Friday Interview: Peter Zotto, Iona Technologies

10 Feb 2006

Peter Zotto (pictured) is chief executive of one of Ireland’s original tech high-flyers, Iona Technologies

Do you think Iona could ever return to the highs of a US$100 share price in 2000 compared with its present range of US$3 to US$4?

There’s a tendency for observers to look at companies that were high-flyers in the Nineties and believe they’ll get back there easily when the industry picks up. That’s the wrong benchmark to have. My goal has been to return Iona to the position of industry leader in its segment and a larger, more profitable company. Our product strategies will increase the value of the company substantially, certainly in terms of working with companies such as IBM, SAP and Siebel in setting new standards in the services oriented architecture (SOA) market and particularly by becoming a more relevant player in the open source area. We were profitable in 2004 and if you take away the charge of US$1.1m first-time non-cash expense for accrued vacation we were actually profitable in 2005. The reality is that we have transitioned as a company with a strong market focus, a strong strategy and a good business model.

Why do you believe the SOA model is vital to the future of IT infrastructure?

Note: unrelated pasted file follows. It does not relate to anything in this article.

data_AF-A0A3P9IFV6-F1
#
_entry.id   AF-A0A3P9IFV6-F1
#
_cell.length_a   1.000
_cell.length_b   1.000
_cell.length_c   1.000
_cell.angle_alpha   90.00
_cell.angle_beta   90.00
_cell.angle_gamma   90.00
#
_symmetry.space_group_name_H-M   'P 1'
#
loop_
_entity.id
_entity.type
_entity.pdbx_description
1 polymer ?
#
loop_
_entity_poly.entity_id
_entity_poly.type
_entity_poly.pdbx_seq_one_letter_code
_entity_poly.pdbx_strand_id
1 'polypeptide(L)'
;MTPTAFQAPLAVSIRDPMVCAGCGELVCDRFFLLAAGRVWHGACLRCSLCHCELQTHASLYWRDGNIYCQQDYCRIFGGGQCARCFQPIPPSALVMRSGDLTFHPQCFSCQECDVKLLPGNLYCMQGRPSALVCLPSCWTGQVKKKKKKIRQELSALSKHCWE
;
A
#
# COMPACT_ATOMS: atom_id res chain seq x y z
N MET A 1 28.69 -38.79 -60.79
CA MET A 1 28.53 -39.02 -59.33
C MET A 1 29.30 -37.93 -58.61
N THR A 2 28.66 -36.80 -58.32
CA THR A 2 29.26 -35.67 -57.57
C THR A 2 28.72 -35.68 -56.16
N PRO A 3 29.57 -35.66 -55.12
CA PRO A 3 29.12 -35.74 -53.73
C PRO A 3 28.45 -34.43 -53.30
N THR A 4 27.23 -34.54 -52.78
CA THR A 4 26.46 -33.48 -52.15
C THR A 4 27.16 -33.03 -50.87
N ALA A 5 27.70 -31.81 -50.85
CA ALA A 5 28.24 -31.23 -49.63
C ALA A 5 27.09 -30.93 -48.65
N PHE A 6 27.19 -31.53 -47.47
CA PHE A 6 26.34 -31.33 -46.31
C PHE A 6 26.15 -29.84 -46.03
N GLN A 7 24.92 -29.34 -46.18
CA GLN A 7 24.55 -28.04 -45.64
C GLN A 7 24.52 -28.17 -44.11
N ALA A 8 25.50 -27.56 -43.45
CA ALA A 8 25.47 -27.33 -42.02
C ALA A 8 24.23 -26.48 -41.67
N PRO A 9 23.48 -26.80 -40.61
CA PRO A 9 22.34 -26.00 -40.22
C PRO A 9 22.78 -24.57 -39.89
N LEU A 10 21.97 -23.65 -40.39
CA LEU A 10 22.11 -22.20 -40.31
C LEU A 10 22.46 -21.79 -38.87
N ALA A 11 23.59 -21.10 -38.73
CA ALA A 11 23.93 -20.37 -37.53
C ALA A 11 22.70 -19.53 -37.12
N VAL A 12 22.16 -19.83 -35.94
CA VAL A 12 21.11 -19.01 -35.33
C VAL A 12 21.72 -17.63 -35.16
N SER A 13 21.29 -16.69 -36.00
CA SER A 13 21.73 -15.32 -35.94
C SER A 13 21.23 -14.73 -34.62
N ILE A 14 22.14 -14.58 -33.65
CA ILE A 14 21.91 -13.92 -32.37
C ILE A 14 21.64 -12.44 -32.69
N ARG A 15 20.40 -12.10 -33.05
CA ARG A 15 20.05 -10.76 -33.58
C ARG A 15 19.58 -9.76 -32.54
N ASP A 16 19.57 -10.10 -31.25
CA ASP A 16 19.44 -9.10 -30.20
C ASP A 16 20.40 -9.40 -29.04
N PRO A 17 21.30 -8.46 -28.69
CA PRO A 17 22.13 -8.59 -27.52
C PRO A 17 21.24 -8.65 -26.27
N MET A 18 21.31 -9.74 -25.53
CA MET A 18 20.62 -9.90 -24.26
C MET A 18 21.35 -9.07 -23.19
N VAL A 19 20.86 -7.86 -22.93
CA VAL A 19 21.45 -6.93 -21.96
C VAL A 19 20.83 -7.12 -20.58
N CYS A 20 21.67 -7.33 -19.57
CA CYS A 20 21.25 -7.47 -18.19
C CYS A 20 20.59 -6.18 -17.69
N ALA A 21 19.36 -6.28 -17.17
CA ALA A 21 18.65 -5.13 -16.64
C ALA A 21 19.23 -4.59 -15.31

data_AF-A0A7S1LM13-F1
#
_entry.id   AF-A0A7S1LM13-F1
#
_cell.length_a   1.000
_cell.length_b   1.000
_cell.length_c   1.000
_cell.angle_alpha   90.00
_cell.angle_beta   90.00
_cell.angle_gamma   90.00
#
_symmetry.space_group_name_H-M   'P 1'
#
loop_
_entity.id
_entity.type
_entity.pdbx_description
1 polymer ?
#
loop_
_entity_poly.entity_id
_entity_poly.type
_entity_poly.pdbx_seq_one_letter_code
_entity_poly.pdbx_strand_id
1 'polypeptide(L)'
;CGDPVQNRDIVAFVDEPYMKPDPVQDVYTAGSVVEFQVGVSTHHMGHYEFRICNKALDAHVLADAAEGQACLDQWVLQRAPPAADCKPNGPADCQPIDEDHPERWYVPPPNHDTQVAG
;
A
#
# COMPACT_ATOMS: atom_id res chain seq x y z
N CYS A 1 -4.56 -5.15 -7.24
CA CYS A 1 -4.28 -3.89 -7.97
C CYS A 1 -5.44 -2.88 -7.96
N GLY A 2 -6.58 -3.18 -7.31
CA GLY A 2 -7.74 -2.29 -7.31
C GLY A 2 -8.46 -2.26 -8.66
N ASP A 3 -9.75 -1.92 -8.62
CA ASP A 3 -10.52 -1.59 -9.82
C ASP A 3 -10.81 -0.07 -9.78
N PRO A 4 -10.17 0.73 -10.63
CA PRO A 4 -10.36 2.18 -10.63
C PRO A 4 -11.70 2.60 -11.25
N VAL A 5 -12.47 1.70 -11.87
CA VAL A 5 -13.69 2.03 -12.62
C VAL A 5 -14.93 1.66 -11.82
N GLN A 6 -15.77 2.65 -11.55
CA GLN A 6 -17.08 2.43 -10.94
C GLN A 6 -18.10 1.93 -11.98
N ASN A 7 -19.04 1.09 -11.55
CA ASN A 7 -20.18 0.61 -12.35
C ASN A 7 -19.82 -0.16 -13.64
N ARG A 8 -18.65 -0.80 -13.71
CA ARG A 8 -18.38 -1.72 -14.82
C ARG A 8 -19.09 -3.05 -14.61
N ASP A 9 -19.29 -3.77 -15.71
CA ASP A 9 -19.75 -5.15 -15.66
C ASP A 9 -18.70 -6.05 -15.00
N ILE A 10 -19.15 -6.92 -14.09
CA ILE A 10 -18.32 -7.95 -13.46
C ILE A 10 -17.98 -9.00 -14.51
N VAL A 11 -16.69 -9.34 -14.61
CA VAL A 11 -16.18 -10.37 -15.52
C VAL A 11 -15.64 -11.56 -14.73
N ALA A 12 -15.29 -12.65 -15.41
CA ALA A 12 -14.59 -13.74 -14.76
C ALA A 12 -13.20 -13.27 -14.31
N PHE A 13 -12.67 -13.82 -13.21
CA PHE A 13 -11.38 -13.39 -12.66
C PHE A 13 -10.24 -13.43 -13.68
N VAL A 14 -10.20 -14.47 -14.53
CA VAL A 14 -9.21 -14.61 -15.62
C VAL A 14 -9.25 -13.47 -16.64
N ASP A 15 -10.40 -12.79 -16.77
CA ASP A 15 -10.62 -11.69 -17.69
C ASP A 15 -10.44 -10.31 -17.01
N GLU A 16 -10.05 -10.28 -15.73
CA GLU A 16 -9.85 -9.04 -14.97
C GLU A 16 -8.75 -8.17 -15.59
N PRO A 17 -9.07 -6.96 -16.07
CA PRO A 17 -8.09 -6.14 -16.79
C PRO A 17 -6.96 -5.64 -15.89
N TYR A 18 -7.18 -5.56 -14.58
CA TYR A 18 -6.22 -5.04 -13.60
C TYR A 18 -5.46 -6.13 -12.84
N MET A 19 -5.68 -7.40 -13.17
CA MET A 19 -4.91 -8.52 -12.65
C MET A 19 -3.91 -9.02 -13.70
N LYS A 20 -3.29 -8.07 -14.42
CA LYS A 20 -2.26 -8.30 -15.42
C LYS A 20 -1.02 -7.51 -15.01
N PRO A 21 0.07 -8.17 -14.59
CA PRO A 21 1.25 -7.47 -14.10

It means companies can modernise and improve their IT environment without ripping out their old IT infrastructure. The last big model in the IT industry was client server, which was expensive and rigid. Companies want to move away from that towards much more adaptable IT environments and that’s where SOA comes in. We have seen SOA become adopted in the US, UK and northern Europe sooner than anywhere else in the world.

You’ve placed a lot of emphasis on your Artix product strategy. Where will this position the company going forward?

The difference between the Iona of the past and the Iona of today is that we’re a much more market-oriented company focused on customer value and growing each of our three product lines. We’ve managed a transition without giving up one of the great core competencies — that of being an innovative company.

By John Kennedy

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